Confidence. The students’ confidence in their writing skills appeared to be significantly improved by having taken the course. Thus whilst 54% of the respondents said that they felt ‘confident’ or ‘very confident’ about their writing skills on entering HE, and 57% said that they felt ‘confident’ or ‘very confident’ after completing the English Department’s Introductory course, 85% of the students said that they thought that they would feel ‘confident’ or ‘very confident’ after completing WTTS. Just as marked were the relative percentages of students who felt that their anxieties about writing had been substantially alleviated by WTTS. 23% of students felt ‘anxious’ or ‘very anxious’ about their writing on entering HE. This rose to 28% of the cohort after they had taken the Introductory course. But only 2% of the students felt that they would feel ‘anxious’ after completing WTTS, and none replied to this question with ‘very anxious’. It would seem then, that the most substantial benefit in terms of confidence in their ability to write was afforded to those students who were anxious about their writing skills (the numbers of those who said they ‘didn’t really think about it’ remained pretty constant between semester one and semester two).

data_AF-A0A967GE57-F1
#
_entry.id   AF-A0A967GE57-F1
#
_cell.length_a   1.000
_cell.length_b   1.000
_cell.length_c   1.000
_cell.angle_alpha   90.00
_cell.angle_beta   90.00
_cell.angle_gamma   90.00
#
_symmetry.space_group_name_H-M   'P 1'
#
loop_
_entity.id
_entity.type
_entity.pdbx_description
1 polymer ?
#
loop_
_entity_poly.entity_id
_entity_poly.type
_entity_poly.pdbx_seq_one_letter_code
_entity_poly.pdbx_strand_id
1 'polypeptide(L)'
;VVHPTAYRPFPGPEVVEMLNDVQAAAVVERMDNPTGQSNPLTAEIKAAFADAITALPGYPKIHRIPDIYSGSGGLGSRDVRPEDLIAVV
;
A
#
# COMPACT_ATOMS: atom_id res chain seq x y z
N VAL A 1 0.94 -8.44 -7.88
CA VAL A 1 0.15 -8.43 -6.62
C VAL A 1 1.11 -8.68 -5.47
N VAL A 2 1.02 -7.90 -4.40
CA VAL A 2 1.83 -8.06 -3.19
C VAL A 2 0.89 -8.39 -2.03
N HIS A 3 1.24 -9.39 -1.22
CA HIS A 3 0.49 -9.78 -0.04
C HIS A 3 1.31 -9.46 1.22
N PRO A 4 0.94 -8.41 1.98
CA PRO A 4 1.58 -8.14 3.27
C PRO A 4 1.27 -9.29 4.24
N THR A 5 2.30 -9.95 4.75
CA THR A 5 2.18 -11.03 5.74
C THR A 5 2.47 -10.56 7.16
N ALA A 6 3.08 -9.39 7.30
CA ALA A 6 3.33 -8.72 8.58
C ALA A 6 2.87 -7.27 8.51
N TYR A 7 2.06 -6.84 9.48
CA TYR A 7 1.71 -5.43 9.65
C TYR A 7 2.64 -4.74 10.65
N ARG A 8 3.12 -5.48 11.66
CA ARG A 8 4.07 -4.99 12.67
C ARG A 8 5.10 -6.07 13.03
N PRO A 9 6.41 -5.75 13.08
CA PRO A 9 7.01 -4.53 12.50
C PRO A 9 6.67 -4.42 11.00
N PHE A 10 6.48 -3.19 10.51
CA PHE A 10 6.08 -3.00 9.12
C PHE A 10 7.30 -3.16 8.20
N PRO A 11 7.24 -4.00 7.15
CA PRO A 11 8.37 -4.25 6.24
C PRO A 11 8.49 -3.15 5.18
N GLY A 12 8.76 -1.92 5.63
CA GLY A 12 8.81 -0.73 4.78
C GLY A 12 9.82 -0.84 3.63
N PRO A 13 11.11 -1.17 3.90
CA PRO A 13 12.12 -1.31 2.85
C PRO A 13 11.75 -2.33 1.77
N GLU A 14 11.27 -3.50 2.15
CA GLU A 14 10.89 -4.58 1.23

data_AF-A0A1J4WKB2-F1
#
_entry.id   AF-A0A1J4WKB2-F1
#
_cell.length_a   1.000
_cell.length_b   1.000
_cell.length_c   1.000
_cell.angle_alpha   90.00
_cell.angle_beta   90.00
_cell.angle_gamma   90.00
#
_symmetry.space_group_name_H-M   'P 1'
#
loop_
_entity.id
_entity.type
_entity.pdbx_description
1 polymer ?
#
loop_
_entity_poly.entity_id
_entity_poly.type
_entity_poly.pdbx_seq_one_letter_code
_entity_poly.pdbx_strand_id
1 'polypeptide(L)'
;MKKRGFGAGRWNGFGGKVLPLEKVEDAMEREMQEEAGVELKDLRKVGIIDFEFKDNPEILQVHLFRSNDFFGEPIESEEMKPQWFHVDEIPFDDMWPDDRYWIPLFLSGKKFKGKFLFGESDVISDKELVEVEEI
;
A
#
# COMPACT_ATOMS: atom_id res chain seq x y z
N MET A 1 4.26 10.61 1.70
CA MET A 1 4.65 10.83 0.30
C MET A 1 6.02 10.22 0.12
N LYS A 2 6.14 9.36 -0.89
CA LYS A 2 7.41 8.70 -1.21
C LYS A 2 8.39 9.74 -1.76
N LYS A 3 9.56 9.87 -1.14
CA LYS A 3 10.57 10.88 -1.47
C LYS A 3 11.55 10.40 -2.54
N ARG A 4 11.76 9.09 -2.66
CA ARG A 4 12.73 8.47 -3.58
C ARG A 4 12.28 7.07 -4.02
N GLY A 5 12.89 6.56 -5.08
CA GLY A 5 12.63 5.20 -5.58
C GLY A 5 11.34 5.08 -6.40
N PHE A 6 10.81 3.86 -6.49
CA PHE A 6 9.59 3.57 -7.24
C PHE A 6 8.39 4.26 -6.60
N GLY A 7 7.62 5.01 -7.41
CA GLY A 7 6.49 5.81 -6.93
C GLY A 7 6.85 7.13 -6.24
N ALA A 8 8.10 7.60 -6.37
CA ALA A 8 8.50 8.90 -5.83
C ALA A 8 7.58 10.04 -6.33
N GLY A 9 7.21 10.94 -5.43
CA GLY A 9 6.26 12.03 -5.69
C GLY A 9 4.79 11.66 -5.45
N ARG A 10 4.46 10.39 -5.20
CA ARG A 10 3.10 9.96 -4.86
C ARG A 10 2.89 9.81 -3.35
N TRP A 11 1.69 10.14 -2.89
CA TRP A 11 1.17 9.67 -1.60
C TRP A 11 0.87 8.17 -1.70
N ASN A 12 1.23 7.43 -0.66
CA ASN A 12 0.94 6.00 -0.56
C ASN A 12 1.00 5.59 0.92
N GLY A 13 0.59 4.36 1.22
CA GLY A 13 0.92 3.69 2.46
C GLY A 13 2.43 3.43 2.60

The Handbook. A markedly high percentage of the students (93%) stated that they had read through the entire handbook (and thus would at least have read material on punctuation; on how to present an essay correctly; on assessment of the quality of their own and others’ essays and so forth). Of the 7% who said that they had not read through the handbook, most had read the relevant sections to each assignment, and some had skimmed the handbook.
The Workshops. Together with Claire Slater-Mamlouk of the University’s Skills Centre we had scheduled two optional workshops for the students. Take-up for these was very disappointing, so poor that we were in the end only able to run one workshop (on thesis sentences; only 7 students turned up to this). According to the results of the mid-semester questionnaire, however, only 15% of the students had actively decided not to go. Most of the rest either intended to go, or were prohibited from doing so through time-table clashes, part-time jobs, or poor time management. (Those who did attend the workshop, incidentally, all said on their evaluation forms that it had been useful to them).